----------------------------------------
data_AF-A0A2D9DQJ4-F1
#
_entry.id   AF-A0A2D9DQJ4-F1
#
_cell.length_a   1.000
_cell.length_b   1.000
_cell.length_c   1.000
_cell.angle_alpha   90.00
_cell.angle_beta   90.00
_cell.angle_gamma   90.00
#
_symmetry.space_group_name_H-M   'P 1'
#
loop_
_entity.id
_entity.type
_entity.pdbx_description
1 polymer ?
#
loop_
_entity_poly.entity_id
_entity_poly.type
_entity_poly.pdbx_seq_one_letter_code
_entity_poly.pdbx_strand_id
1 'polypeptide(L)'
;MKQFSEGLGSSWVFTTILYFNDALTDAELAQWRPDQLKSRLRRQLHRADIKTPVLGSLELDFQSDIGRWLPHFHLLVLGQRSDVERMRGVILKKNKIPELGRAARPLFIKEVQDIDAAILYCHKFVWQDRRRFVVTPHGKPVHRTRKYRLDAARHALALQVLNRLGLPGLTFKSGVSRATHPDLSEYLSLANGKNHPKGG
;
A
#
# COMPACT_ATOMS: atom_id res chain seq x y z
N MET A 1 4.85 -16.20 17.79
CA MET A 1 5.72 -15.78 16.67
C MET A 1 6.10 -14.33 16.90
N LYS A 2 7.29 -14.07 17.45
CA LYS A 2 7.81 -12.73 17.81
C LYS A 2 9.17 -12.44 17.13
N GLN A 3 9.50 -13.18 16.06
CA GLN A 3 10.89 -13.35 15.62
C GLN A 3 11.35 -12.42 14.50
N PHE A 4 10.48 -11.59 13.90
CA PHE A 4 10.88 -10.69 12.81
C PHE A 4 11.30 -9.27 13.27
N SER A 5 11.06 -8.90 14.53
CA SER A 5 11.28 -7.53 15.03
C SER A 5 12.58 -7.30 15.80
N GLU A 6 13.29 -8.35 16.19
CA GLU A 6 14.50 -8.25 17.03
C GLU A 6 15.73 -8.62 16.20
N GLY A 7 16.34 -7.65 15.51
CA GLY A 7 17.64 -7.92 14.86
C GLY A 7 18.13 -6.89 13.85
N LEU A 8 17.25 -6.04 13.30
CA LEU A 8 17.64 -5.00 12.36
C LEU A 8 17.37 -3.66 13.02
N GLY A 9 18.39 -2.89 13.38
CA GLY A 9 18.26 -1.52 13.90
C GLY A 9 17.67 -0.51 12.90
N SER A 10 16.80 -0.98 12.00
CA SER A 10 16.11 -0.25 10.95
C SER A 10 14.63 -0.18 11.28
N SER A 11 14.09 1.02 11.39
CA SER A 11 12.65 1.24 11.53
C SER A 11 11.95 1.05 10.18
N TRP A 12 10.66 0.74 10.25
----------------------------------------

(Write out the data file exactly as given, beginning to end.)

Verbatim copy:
data_AF-A0A2D9DQJ4-F1
#
_entry.id   AF-A0A2D9DQJ4-F1
#
_cell.length_a   1.000
_cell.length_b   1.000
_cell.length_c   1.000
_cell.angle_alpha   90.00
_cell.angle_beta   90.00
_cell.angle_gamma   90.00
#
_symmetry.space_group_name_H-M   'P 1'
#
loop_
_entity.id
_entity.type
_entity.pdbx_description
1 polymer ?
#
loop_
_entity_poly.entity_id
_entity_poly.type
_entity_poly.pdbx_seq_one_letter_code
_entity_poly.pdbx_strand_id
1 'polypeptide(L)'
;MKQFSEGLGSSWVFTTILYFNDALTDAELAQWRPDQLKSRLRRQLHRADIKTPVLGSLELDFQSDIGRWLPHFHLLVLGQRSDVERMRGVILKKNKIPELGRAARPLFIKEVQDIDAAILYCHKFVWQDRRRFVVTPHGKPVHRTRKYRLDAARHALALQVLNRLGLPGLTFKSGVSRATHPDLSEYLSLANGKNHPKGG
;
A
#
# COMPACT_ATOMS: atom_id res chain seq x y z
N MET A 1 4.85 -16.20 17.79
CA MET A 1 5.72 -15.78 16.67
C MET A 1 6.10 -14.33 16.90
N LYS A 2 7.29 -14.07 17.45
CA LYS A 2 7.81 -12.73 17.81
C LYS A 2 9.17 -12.44 17.13
N GLN A 3 9.50 -13.18 16.06
CA GLN A 3 10.89 -13.35 15.62
C GLN A 3 11.35 -12.42 14.50
N PHE A 4 10.48 -11.59 13.90
CA PHE A 4 10.88 -10.69 12.81
C PHE A 4 11.30 -9.27 13.27
N SER A 5 11.06 -8.90 14.53
CA SER A 5 11.28 -7.53 15.03
C SER A 5 12.58 -7.30 15.80
N GLU A 6 13.29 -8.35 16.19
CA GLU A 6 14.50 -8.25 17.03
C GLU A 6 15.73 -8.62 16.20
N GLY A 7 16.34 -7.65 15.51
CA GLY A 7 17.64 -7.92 14.86
C GLY A 7 18.13 -6.89 13.85
N LEU A 8 17.25 -6.04 13.30
CA LEU A 8 17.64 -5.00 12.36
C LEU A 8 17.37 -3.66 13.02
N GLY A 9 18.39 -2.89 13.38
CA GLY A 9 18.26 -1.52 13.90
C GLY A 9 17.67 -0.51 12.90
N SER A 10 16.80 -0.98 12.00
CA SER A 10 16.11 -0.25 10.95
C SER A 10 14.63 -0.18 11.28
N SER A 11 14.09 1.02 11.39
CA SER A 11 12.65 1.24 11.53
C SER A 11 11.95 1.05 10.18
N TRP A 12 10.66 0.74 10.25